Digital payments as an indicator of financial inclusion in Euro Area countries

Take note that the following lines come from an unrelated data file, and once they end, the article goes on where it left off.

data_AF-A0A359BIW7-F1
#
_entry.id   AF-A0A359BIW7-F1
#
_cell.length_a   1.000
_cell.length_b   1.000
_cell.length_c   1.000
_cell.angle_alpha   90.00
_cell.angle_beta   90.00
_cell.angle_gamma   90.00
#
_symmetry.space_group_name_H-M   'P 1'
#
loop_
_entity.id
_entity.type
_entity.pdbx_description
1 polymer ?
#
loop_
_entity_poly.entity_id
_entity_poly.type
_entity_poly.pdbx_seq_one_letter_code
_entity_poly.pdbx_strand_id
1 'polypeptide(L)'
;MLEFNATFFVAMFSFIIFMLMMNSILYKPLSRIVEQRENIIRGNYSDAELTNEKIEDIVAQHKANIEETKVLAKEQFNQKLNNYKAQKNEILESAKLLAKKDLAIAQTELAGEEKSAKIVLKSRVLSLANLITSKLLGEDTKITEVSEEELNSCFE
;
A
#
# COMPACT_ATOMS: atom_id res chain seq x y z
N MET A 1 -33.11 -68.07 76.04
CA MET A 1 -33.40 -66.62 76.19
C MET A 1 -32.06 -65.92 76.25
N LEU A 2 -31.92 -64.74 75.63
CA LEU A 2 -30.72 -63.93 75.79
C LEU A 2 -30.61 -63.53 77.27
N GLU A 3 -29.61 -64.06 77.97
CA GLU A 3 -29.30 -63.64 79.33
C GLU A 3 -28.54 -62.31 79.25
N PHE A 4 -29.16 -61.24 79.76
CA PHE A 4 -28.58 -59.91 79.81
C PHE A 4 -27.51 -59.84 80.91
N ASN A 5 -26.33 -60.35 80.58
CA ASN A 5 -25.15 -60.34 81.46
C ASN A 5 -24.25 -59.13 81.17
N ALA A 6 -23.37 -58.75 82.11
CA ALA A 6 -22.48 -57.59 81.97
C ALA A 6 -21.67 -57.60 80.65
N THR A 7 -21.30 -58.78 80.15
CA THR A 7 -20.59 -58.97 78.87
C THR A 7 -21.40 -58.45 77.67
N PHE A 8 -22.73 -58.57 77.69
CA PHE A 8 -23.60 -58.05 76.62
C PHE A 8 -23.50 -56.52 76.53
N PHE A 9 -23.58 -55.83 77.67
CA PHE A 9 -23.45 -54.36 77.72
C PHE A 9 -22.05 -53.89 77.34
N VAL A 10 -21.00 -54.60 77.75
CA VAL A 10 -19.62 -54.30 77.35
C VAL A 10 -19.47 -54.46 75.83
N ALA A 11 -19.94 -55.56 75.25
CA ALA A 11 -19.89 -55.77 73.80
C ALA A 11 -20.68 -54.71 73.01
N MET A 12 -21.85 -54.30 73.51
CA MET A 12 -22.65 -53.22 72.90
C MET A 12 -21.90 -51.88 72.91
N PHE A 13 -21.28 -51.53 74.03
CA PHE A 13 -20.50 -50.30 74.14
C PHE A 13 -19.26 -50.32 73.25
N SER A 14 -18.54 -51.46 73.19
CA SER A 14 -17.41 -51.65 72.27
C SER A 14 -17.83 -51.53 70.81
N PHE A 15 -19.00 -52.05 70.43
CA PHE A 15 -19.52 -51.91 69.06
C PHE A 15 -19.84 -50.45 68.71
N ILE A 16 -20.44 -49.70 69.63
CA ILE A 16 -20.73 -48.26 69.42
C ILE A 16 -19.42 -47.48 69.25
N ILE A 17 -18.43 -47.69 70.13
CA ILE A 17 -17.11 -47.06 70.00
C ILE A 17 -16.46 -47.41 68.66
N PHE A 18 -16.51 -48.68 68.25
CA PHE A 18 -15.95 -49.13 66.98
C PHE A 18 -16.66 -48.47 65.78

The process of digitisation in the financial sector is developing through the systematic introduction of computer systems, the establishment of Internet connectivity and the use and ownership of various information and communication devices. Information and communication technologies can increase the desired degree of financial inclusion in a country by increasing the availability of various financial services. This study examines the individual attributes that can affect financial inclusion in the Euro Area countries in 2021. Our analysis applies a probit model to data from the World Bank Global Findex database, focusing on digital payments as a proxy for financial inclusion. The main finding highlights that higher income, higher education, female gender, and younger age groups are associated with an increased propensity to engage in digital payments. Notably, our expectation of a non-linear relationship between age and digital payments is confirmed, as evidenced by the application of the Robin Hood algorithm. Specifically, we observe a positive correlation between age and digital payment usage. However, this trend reverses beyond a specific breakpoint, approximately around the age of 40, leading to a subsequent decline in digital payment activity. Furthermore, our research shows that individuals who utilised alternative payment methods alongside cash before the COVID-19 pandemic are likelier to engage in higher digital payments. Additionally, a tendency for higher adoption of digital payments coincides with countries that achieved a higher Digital Access Index (DAI), an indicator assessing the degree of digitalisation in a country. Furthermore, it is associated with countries among the Euro Area’s founding members.